Economics of Brexit

A mountain to climb: the looming problem of the Northern Irish border

For all practical purposes, writes Filippo Biondi, the border between Eire and Northern Ireland has disappeared. Thirty thousand people cross the 500km line each day just in order to go to work. So what will happen when it becomes the land border between the EU and the UK? He analyses the Democratic Unionist Party’s priorities and looks at possible […]

Unpicking ‘no deal is better than a bad deal’: not just meaningless, but unhelpful

In the last of a series of posts on the Government’s ‘no deal is better than a bad deal’ stance, Michael Johnson points to the advantages of a preferential deal with the EU. The ‘no deal’ mantra is meaningless, and serves only to obscure both the practical imperatives and the real possibilities of Brexit negotiations.

It isn’t just trade….
The consequences […]

Unpicking the ‘no deal is better than a bad deal’ mantra: what does ‘no deal’ look like?

“No deal is better than a bad deal,” says Theresa May. But what is actually meant by “no deal”? In the second of three posts about the ramifications of the Government’s position, Michael Johnson looks at what it would mean for trade.

As regards future UK/EU27 trade relations, the common assumption is that if no form of preferential agreement (such […]

Unpicking the “No deal is better than a bad deal” mantra: what would a ‘bad deal’ look like?

Brexit supporters – including Government ministers – regularly claim that when it comes to UK withdrawal from the European Union and future bilateral relations, “no deal is better than a bad deal”.  This mantra is based on confused thinking, writes Michael Johnson, in the first of three posts.  The issues that will arise respectively if the UK successfully negotiates […]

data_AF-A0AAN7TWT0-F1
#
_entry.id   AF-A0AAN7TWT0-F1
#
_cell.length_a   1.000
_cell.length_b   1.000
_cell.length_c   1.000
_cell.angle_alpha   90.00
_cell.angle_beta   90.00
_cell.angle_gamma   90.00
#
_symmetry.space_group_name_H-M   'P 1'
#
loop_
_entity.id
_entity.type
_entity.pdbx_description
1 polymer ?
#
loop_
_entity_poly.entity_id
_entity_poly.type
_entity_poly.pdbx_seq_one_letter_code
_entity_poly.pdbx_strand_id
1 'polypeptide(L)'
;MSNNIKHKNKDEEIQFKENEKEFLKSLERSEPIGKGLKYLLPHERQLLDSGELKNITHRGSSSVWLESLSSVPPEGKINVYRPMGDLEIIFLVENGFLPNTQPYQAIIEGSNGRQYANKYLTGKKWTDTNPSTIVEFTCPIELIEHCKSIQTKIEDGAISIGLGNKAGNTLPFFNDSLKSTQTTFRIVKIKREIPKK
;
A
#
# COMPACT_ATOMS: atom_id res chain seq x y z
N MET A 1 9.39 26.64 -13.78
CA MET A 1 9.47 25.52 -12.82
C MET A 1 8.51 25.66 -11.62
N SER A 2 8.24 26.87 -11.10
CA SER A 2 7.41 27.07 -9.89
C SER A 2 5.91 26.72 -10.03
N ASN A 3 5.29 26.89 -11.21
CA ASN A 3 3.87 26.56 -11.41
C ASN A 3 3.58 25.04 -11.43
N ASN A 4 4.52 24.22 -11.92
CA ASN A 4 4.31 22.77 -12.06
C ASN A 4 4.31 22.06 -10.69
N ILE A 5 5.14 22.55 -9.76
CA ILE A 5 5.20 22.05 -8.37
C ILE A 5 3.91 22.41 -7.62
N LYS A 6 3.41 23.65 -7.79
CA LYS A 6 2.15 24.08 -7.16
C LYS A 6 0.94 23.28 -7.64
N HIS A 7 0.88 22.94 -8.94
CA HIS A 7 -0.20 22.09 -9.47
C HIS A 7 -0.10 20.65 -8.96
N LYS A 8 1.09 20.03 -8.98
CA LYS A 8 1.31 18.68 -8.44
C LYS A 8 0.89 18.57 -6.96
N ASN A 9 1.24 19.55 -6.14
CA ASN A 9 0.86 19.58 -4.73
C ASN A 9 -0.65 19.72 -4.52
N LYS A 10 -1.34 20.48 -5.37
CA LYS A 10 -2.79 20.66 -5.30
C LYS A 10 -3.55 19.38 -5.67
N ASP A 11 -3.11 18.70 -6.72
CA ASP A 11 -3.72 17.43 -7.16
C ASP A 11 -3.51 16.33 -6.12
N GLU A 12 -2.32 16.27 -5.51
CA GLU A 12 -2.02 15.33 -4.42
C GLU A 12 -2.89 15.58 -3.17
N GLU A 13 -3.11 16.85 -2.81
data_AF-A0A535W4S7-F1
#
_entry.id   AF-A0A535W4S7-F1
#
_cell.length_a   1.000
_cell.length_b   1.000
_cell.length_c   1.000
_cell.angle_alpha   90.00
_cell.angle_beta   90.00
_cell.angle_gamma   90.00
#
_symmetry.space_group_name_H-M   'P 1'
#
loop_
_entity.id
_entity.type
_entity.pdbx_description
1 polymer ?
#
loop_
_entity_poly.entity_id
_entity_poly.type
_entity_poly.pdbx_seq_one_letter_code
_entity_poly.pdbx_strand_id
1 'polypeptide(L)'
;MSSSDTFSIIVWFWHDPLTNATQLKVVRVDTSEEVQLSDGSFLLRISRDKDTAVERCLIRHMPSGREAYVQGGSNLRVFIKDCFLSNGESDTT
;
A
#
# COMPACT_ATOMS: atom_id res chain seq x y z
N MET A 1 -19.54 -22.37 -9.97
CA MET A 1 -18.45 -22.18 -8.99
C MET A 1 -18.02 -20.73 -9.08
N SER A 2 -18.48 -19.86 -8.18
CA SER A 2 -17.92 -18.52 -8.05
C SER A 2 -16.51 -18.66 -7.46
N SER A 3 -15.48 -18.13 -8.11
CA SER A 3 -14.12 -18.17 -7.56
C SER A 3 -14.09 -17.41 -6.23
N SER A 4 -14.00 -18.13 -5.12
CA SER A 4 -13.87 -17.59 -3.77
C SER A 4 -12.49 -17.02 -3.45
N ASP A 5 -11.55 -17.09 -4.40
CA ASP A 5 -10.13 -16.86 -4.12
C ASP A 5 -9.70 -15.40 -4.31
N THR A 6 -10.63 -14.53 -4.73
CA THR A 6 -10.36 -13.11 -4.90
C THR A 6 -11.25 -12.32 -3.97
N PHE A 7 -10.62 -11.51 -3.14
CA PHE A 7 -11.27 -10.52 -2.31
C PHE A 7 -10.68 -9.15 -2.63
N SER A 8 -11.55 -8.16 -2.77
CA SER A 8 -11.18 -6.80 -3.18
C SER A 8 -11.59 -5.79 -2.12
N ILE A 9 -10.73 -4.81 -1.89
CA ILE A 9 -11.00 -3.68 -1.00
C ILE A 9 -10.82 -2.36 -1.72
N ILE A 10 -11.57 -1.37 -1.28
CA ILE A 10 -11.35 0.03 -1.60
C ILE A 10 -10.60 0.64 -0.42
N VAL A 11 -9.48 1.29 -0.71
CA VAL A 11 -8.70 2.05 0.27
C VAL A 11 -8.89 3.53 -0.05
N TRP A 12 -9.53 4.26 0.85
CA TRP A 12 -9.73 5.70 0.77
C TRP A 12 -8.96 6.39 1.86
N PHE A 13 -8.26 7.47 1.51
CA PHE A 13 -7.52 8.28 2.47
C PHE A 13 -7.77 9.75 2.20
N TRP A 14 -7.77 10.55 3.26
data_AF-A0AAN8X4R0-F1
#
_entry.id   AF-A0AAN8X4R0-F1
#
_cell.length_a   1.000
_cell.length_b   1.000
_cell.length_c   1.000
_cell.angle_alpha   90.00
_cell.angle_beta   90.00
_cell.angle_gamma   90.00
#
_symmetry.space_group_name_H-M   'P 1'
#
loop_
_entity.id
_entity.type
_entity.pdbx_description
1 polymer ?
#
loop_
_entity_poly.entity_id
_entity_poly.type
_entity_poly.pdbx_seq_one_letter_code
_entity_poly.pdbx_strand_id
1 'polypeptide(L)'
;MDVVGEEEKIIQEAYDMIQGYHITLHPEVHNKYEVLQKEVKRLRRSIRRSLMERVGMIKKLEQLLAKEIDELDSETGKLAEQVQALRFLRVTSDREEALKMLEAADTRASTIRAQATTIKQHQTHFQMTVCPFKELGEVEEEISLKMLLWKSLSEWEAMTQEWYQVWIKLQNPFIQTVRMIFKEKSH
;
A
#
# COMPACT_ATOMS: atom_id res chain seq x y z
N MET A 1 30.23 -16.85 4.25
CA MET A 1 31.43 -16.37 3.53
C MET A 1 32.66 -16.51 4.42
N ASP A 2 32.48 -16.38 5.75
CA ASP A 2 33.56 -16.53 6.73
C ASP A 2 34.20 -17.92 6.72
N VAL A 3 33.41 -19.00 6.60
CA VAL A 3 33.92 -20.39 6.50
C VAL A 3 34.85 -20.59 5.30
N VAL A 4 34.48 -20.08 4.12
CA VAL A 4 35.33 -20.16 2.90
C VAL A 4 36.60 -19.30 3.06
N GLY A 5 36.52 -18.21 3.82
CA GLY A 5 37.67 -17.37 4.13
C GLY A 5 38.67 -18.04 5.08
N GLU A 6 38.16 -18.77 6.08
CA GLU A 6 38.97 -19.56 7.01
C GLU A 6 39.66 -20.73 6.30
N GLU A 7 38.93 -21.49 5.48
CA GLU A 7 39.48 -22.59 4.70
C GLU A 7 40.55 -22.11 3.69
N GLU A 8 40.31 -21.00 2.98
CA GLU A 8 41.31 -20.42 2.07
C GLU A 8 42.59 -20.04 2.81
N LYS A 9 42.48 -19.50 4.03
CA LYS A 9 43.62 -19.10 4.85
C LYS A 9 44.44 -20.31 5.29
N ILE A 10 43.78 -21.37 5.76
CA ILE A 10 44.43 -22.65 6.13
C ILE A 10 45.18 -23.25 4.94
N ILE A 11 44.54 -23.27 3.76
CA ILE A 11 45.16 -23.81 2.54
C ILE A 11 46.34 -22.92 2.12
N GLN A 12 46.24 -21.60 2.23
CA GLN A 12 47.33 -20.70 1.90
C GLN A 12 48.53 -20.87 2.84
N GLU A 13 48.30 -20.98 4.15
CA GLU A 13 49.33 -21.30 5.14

Investment banks are already leaving London. Other jobs will follow

The Brexit exodus is already happening. Investment banks have announced plans to relocate jobs from London to Frankfurt and Dublin, and Warsaw is also likely to benefit. With 8% of the UK’s GDP coming from banking and finance, warns Simeon Djankov, the knock-on effects on other sectors – retail, education, entertainment and transport – will be considerable.

In May 2017, new […]

Brexit has already started to make UK citizens poorer

Leaving the European Union with no deal in place for future trading arrangements would be the worst-case Brexit scenario for the UK economy. What’s more, just because GDP growth has not declined since last year’s referendum, it would be wrong to think that Brexit is yet to have any economic effects: it has already lowered UK living standards by […]

EU migrants: going home with skills, acumen and higher expectations

Growing numbers of Central-Eastern Europeans are leaving the UK, while new arrivals are falling. This is what Leavers wanted – but it is a boon to the rest of the EU and a loss to the UK, writes Simeon Djankov. The returnees are bringing home skills, business acumen and – most importantly – experience of a society without systemic corruption.

The UK is […]

Economic consequences of limiting migration are shocking

This blog outlines the economic consequences of limiting migration as proposed in the Conservative Manifesto. What it shows is the extent to which the UK economy has become dependent on migrant labour for growth and for tax revenues and the potential adjustment cost if the economy has to be weaned off migrant labour. If this does happen, both the […]

Britain’s farmers get £3bn a year from the inefficient CAP. That has to change

The Common Agricultural Policy is inefficient, and much of British food production is uncompetitive in the absence of tariffs. And free trade deals of the kind the UK plans to pursue outside the Single Market will hurt farmers even more than the loss of subsidies. Dieter Helm says Brexit is a chance to stop subsidising large landowners and spend […]

The interregnum: 11 years without free movement from 1962 to 1973

There was a short period of just 11 years between 1962 and 1973 when free movement of people did not apply in the UK. Other than during that time, businesses and public services have had easy access to workers from other countries, writes Colin Yeo. Following Brexit, the UK will be embarking on a similar period. If the full […]